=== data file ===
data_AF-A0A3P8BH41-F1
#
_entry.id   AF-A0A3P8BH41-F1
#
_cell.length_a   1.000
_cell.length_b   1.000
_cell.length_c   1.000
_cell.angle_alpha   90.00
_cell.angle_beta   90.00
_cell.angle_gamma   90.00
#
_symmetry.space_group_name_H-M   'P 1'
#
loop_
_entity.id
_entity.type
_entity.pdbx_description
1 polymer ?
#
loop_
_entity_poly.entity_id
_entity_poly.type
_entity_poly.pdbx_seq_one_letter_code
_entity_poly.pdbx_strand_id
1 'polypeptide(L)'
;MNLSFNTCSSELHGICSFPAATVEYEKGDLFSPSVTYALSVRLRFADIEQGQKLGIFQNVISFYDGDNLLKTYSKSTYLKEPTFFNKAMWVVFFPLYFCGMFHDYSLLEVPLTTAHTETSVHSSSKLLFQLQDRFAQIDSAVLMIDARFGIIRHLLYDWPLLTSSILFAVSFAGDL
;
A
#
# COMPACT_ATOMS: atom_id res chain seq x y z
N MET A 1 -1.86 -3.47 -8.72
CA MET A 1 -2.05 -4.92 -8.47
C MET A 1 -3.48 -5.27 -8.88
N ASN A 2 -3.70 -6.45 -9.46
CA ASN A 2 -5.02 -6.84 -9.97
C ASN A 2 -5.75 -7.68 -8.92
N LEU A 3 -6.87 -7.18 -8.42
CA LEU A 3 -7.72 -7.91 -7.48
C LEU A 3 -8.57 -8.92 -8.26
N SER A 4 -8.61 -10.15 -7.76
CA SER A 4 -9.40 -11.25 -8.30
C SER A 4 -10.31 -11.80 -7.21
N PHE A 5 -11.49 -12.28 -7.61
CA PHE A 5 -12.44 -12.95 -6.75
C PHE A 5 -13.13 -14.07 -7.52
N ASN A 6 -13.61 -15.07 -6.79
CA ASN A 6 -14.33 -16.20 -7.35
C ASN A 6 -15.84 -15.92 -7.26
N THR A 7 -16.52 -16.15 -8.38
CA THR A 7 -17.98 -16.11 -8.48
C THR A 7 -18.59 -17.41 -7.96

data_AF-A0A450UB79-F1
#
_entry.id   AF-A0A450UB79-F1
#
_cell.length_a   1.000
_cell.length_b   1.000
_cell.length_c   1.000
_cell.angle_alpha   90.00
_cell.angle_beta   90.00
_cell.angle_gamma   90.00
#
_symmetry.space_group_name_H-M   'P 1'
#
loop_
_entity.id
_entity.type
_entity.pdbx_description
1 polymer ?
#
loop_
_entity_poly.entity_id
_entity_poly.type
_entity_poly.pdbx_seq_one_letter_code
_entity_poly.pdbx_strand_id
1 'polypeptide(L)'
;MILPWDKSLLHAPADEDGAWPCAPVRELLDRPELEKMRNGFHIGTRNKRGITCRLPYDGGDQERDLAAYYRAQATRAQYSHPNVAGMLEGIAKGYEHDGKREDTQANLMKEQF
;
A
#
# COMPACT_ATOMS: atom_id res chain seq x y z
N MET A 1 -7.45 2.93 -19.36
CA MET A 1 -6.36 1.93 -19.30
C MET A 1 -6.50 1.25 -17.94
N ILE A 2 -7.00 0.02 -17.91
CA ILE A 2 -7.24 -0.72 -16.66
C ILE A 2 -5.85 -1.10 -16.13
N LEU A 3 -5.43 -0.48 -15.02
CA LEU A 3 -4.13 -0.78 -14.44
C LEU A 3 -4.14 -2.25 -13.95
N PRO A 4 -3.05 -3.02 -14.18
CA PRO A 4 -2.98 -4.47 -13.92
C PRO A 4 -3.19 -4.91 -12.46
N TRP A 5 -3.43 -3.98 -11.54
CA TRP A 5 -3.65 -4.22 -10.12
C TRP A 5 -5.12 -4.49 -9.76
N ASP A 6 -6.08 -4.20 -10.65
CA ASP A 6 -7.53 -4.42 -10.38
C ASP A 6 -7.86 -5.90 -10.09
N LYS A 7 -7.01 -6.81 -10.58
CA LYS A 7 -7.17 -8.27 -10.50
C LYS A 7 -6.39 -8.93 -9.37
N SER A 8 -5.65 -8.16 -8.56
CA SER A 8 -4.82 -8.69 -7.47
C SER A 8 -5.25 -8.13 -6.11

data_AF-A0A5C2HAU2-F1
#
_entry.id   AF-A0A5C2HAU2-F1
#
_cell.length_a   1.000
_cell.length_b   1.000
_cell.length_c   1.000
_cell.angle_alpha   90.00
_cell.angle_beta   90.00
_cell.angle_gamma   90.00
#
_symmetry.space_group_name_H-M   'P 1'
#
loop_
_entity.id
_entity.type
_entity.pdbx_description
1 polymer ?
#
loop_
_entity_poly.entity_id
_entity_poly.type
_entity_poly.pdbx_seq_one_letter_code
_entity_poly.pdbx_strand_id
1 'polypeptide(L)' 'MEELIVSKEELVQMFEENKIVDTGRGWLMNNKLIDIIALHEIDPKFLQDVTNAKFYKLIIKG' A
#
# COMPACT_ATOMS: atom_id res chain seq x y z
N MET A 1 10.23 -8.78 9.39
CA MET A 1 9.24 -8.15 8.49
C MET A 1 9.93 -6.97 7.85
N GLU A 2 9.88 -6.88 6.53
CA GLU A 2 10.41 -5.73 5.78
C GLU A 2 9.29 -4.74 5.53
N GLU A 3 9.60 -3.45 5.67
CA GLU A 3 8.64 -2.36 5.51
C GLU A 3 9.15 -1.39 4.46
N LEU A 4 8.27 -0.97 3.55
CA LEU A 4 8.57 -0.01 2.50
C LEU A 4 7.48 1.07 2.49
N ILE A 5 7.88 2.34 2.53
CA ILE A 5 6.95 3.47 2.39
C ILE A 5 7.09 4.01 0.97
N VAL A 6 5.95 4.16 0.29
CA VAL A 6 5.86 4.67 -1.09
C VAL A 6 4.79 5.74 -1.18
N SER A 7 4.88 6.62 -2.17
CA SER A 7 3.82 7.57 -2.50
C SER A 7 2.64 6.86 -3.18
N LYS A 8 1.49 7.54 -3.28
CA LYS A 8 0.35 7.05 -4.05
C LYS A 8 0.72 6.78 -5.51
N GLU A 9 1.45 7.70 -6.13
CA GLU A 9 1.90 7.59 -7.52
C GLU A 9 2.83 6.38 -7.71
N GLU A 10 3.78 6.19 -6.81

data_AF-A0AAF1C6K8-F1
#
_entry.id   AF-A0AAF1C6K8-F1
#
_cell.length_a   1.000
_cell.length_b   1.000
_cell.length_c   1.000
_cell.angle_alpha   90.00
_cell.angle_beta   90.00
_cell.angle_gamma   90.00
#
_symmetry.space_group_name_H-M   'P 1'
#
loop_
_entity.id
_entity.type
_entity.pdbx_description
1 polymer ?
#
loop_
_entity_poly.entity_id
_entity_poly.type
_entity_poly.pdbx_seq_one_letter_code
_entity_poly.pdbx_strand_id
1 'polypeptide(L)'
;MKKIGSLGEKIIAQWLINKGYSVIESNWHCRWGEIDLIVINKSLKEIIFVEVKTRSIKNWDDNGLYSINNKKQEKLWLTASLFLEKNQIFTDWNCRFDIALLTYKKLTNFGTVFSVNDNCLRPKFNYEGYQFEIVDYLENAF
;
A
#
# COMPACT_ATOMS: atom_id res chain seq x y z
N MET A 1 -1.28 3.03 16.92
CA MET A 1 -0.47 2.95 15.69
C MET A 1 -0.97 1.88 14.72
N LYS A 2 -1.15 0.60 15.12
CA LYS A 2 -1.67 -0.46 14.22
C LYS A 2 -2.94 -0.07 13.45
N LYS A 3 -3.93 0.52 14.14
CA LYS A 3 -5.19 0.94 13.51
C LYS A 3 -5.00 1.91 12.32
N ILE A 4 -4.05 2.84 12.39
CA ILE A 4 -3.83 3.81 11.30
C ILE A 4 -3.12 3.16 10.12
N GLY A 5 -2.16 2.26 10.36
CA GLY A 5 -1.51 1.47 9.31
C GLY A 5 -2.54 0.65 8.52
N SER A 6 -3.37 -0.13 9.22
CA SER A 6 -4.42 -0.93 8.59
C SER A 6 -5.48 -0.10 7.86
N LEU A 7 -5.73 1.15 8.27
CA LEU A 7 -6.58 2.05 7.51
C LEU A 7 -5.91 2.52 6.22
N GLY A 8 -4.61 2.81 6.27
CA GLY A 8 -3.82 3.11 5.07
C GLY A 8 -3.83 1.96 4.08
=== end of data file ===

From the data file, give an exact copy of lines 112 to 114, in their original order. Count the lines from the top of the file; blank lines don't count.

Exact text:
_cell.length_c   1.000
_cell.angle_alpha   90.00
_cell.angle_beta   90.00